Chandavkl [via LA Weekly]: The South Bay’s Hidden Chinese Dining District

David Chan aka @chandavkl - new article in the LA Weekly


Great article, @chandavkl!


Thanks though I’m upset I mistakenly placed Seashore on Anza instead of Calle Mayor

Don’t lose any sleep over it. It’s not like anyone actually reads the LA Weekly anyway.

I appreciate the history.

I have never had Chinese in South Bay, but I knew PV had a small Chinese population. When heading to that area is was always for Del Amo Mall, Yaohan Market, Sushi, King’s, and Redondo Pier.

When I read the title I was hoping you would mention:

And her parent’s restaurant.

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That can be easily corrected. Just let the editor know the correction and it will be magically taken care of.

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No, no references to MK’s tragic second Olympic bid!!! :frowning:

interesting story.

when i first moved out here, even though i lived in the SGV, i spent a lot of time in the south bay since i had a lot of chinese friends from back east who’d taken engineering jobs in the south bay and were living in redondo, torrance & PV mainly. i was down there an average of five days a week and while we ate out fairly often, we never went for chinese food; the perception even then was that it was overpriced and it was better to partake when eating with “the people” up in chinatown and in the SGV. probably different for families with kids, etc.; clearly these chinese restaurants got enough business to stay open.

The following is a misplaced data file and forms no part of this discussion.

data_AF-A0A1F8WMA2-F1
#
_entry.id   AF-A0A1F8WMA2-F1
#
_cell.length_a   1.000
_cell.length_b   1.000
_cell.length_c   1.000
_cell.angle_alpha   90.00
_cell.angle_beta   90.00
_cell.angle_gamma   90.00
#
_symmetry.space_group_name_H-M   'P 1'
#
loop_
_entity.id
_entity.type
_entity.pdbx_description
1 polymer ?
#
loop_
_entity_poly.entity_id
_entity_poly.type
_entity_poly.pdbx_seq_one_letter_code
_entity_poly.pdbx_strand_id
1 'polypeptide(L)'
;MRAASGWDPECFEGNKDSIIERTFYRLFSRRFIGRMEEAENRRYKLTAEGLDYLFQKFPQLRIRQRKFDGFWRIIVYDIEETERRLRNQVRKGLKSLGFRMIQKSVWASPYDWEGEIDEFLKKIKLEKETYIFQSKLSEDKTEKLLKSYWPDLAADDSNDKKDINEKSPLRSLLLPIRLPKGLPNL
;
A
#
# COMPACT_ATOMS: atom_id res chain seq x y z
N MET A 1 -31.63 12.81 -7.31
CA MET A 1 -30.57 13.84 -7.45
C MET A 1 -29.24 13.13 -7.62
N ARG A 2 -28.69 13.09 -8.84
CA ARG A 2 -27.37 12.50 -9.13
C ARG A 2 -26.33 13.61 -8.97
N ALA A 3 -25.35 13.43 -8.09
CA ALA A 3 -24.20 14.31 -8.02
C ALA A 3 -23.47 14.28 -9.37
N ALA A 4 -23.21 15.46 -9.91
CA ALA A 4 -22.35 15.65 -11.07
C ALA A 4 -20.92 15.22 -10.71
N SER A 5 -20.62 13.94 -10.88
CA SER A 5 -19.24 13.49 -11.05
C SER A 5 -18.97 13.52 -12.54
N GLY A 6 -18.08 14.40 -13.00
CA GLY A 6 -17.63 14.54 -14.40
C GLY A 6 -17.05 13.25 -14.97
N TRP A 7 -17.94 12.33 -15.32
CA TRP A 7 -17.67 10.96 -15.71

Recent openings of Little Sheep and Tasty Noodle House chains, as well as Ruiji are definitely an upgrade. Heck, even Honey Boba, too. Enough local PV Chinese were afflicted with the Chinese stomach or a fear of driving to SGV to keep places like A-1 BBQ and Harbor Palace going for years. I wonder if something is happening demographically to account for the recent positive reversal of fortune. I certainly was surprised.

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Another that speaks to this is O’Young’s Rock Pot closing their Alhambra location and opening in Torrance.

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I think Chinese people are like mold on a damp building made of drywall.

Twinkle Brown Sugar, a generic Taiwanese boba shop, has opened up in (of all places) Huntington Park. Not just any place in Huntington Park, but right smack in the middle of the city’s core.